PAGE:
The salty sailors of the warship USS Carney have left the Middle East

by Vern Evans

After nearly six months operating in the maritime battlefield that is the Red Sea, the Navy destroyer Carney left the Middle Eastern waters of U.S. Central Command and entered the Mediterranean Sea on Saturday, the Navy said in a statement.

But whether Carney is heading directly back to its home port in Mayport, Florida, remains unclear.

The brief Navy statement only notes that the ship has entered the Mediterranean after transiting the Suez Canal, and officials declined Monday to say where the ship is headed next.

But regardless of Carney’s current bearing, it has been a busy and largely unprecedented deployment for the warship and its crew.

Those sailors and their brethren aboard multiple destroyers in the region have spent the last six months in a near-daily battle with Iran-backed Houthi rebels in Yemen, who have launched drones and missiles at military and commercial ships in the Red Sea and Gulf of Aden.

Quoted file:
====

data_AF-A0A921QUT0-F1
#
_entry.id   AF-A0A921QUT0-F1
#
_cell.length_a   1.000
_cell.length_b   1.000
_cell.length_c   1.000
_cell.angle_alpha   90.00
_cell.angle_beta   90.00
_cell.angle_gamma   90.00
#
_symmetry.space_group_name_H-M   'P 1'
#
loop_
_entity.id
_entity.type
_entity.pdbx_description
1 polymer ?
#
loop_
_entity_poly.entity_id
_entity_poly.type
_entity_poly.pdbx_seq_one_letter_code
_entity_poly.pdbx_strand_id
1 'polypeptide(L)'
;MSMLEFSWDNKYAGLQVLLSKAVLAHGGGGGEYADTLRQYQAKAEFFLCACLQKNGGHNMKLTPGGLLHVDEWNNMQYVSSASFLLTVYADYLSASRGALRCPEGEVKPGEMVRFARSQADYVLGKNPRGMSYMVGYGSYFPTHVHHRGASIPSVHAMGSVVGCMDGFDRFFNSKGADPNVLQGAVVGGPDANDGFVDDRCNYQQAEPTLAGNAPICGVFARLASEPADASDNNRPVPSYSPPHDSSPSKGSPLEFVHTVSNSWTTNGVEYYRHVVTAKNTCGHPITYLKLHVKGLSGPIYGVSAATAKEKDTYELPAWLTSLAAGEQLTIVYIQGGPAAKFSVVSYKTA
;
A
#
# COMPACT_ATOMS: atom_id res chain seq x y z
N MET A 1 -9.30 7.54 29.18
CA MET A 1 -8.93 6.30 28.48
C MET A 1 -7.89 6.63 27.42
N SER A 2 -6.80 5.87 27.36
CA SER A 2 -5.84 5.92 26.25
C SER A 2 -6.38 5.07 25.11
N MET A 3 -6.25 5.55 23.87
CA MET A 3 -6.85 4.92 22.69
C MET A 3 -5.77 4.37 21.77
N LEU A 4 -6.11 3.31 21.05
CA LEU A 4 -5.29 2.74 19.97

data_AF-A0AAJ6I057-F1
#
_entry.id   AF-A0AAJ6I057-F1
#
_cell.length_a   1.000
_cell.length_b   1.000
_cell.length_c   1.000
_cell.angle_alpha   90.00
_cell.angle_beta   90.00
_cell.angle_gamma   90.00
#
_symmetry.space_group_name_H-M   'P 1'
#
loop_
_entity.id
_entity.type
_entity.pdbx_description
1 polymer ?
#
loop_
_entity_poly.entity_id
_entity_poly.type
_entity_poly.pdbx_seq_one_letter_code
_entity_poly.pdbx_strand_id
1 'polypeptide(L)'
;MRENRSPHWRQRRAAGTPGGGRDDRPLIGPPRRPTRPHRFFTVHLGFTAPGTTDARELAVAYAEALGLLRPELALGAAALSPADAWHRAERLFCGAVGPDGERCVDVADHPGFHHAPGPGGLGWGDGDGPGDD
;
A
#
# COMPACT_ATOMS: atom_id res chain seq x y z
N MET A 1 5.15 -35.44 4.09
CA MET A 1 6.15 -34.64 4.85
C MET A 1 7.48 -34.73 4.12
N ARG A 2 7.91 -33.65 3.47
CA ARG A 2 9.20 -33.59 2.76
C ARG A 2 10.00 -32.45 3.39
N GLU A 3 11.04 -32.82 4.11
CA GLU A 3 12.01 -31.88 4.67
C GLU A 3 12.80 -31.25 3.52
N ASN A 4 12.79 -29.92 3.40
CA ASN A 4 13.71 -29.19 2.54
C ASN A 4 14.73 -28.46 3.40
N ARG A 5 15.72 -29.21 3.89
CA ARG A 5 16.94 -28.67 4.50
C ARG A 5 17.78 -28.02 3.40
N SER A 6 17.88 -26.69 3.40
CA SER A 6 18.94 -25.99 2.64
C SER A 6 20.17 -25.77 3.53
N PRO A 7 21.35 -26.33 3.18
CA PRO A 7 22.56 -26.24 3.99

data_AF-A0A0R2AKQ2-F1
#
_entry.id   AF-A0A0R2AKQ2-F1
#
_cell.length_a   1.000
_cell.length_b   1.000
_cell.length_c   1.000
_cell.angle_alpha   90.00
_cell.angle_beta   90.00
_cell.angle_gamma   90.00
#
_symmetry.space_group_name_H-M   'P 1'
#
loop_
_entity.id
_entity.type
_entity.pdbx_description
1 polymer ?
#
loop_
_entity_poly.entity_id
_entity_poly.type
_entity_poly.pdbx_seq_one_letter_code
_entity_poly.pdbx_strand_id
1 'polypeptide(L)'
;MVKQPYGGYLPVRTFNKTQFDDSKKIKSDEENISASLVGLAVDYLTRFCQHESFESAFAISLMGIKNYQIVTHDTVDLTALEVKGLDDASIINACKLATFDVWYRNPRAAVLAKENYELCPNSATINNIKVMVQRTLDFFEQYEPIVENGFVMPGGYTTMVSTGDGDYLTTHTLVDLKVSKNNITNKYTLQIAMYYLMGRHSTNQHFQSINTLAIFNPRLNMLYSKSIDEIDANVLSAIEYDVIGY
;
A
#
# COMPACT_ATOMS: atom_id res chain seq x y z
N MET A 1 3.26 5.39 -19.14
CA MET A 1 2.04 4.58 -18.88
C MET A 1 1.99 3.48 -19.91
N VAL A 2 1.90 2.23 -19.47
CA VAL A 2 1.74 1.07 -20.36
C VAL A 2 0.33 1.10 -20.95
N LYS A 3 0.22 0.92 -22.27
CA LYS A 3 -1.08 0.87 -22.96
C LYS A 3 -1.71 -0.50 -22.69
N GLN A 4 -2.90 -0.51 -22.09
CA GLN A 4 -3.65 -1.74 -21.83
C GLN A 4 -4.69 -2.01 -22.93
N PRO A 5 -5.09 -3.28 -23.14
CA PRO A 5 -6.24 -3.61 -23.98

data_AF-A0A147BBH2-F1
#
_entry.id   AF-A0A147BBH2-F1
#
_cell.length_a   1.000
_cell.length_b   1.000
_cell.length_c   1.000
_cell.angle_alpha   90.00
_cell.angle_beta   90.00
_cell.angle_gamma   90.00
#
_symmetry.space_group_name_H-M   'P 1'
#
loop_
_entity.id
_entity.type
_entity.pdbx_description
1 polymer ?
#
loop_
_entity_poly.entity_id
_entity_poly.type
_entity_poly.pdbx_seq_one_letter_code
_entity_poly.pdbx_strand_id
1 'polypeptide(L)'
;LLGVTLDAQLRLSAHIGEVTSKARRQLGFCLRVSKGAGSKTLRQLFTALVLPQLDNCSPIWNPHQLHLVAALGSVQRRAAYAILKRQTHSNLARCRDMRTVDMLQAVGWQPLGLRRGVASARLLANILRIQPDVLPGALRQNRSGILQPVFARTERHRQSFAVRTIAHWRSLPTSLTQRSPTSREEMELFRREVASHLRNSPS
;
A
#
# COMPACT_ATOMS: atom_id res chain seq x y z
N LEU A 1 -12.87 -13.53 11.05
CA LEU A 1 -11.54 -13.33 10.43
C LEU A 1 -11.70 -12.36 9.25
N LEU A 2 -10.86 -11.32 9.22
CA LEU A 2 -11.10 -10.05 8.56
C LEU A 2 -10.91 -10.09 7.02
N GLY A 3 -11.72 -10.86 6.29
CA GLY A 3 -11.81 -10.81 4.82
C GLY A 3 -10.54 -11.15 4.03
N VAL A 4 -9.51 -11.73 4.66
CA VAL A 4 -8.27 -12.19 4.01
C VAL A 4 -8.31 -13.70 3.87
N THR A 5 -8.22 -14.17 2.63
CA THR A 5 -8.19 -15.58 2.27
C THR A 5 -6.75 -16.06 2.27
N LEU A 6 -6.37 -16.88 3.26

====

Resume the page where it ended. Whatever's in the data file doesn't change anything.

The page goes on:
While the Houthis launched the attacks in October in solidarity with the Palestinian militant group Hamas, their salvos have targeted and struck commercial vessels from around the world.

Carney was the first confirmed U.S. warship to enter the fray, when it intercepted a salvo of Houthi missiles and drones that U.S. officials said were headed toward Israel on Oct. 19, less than two weeks after Hamas’ brutal Oct. 7 attack that sparked Israel’s ongoing military operation in the Gaza Strip.

The battle-tested crew also received Combat Action Ribbons earlier this year, following a Dec. 16 encounter where the ship took out 14 Houthi air drones.

Of the Navy destroyers confirmed to be operating in those waters, Carney has been involved in at least 12 confirmed incidents, the most of any destroyer there, according to Navy Times’ live tracker of all Navy-Houthi engagements.

Most recently, the warship took out six Houthi air attack drones on March 23.

Geoff is the editor of Navy Times, but he still loves writing stories. He covered Iraq and Afghanistan extensively and was a reporter at the Chicago Tribune. He welcomes any and all kinds of tips at

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